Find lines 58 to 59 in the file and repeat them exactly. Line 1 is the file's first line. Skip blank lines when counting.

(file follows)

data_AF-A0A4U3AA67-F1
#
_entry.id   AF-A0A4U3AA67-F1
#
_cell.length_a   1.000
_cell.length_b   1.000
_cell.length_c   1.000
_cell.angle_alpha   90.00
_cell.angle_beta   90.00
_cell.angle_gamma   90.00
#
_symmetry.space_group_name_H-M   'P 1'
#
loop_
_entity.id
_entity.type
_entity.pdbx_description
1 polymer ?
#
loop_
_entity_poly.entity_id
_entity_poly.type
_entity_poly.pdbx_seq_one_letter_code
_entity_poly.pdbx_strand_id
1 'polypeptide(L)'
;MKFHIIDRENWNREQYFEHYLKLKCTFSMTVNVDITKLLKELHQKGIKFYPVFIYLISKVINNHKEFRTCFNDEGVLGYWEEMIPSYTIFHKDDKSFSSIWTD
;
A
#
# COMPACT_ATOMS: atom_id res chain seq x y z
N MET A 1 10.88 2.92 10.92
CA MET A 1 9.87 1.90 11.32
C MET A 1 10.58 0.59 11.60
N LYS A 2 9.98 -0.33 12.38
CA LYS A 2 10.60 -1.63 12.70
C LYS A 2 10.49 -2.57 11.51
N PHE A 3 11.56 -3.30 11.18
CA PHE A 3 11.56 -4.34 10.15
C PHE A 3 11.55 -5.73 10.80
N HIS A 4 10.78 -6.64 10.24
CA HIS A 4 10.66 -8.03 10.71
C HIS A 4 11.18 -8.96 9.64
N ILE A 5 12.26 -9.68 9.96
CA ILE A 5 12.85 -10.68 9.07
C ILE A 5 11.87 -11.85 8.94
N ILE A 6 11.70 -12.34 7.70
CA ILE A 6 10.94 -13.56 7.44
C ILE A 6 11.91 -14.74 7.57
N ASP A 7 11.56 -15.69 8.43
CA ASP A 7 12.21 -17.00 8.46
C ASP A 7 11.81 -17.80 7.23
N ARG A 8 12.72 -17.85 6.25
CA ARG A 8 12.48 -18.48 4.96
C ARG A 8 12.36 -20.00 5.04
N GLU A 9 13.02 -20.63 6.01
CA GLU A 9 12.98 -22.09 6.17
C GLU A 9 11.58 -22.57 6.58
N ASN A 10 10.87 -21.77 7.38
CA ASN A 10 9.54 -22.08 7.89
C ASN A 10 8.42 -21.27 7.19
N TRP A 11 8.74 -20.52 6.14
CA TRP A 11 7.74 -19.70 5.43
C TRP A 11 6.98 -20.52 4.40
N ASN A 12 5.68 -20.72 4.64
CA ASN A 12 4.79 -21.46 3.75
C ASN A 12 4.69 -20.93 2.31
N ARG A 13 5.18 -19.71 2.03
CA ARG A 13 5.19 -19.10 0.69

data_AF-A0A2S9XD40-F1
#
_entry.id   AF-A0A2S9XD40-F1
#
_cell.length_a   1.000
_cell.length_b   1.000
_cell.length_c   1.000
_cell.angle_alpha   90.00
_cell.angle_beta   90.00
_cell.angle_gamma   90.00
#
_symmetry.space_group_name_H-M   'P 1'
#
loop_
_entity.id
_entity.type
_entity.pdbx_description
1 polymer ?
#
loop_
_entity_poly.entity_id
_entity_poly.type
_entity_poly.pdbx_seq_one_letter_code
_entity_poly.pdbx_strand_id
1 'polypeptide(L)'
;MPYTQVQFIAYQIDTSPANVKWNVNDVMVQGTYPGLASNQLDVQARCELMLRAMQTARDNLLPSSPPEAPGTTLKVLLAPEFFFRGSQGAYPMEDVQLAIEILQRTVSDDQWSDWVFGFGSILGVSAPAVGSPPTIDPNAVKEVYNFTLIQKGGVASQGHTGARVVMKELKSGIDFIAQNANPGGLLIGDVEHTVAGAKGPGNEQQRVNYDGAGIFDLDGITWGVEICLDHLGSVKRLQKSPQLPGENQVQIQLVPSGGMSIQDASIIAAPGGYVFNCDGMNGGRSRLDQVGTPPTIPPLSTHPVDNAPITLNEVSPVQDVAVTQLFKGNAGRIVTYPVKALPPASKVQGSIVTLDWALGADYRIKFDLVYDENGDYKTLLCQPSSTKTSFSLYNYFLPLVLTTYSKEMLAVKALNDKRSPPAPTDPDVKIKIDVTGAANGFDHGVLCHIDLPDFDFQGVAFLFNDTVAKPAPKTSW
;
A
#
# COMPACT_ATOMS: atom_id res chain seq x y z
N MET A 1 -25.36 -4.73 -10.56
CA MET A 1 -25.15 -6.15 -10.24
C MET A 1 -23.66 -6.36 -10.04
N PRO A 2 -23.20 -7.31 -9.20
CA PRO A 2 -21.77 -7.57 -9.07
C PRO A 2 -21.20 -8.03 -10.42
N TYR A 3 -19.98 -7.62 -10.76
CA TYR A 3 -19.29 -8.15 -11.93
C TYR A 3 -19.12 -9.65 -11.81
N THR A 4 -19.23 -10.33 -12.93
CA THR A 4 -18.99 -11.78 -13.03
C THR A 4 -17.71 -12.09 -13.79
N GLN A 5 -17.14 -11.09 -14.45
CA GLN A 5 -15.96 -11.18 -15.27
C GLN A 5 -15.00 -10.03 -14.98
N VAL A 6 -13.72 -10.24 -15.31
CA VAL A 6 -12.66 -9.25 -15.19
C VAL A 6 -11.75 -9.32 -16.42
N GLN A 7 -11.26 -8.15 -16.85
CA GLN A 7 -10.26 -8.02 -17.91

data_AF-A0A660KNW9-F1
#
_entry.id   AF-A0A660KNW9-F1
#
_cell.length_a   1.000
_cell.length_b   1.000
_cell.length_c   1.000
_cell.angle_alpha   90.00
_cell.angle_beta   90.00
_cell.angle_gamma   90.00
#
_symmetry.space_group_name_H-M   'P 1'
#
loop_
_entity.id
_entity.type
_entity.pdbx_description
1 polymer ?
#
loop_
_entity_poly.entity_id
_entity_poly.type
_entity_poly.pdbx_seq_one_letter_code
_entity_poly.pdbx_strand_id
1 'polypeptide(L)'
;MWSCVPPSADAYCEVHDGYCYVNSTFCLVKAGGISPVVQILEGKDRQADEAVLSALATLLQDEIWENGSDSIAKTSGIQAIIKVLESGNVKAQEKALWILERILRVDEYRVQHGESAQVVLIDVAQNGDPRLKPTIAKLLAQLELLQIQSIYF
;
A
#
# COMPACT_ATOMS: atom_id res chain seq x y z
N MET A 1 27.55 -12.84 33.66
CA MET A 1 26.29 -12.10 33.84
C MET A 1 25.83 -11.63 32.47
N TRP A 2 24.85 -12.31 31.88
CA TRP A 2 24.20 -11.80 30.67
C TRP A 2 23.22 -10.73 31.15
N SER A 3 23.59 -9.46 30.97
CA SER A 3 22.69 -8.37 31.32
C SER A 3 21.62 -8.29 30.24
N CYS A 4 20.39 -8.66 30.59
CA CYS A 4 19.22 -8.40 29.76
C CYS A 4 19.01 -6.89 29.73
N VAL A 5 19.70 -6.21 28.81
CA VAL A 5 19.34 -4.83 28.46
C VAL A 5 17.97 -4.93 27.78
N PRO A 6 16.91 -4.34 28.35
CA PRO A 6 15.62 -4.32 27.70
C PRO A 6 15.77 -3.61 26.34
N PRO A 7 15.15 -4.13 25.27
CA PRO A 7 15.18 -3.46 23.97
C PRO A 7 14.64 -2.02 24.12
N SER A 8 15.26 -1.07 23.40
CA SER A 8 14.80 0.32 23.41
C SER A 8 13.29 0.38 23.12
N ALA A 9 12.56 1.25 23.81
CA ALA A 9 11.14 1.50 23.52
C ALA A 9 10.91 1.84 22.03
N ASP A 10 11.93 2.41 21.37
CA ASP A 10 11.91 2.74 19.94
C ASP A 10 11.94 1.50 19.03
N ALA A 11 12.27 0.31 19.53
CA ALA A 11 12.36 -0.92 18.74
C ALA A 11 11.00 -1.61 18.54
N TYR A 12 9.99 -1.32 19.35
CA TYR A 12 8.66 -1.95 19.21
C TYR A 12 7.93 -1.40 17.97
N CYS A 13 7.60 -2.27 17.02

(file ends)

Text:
N ASN A 10 10.87 -21.77 7.38
CA ASN A 10 9.54 -22.08 7.89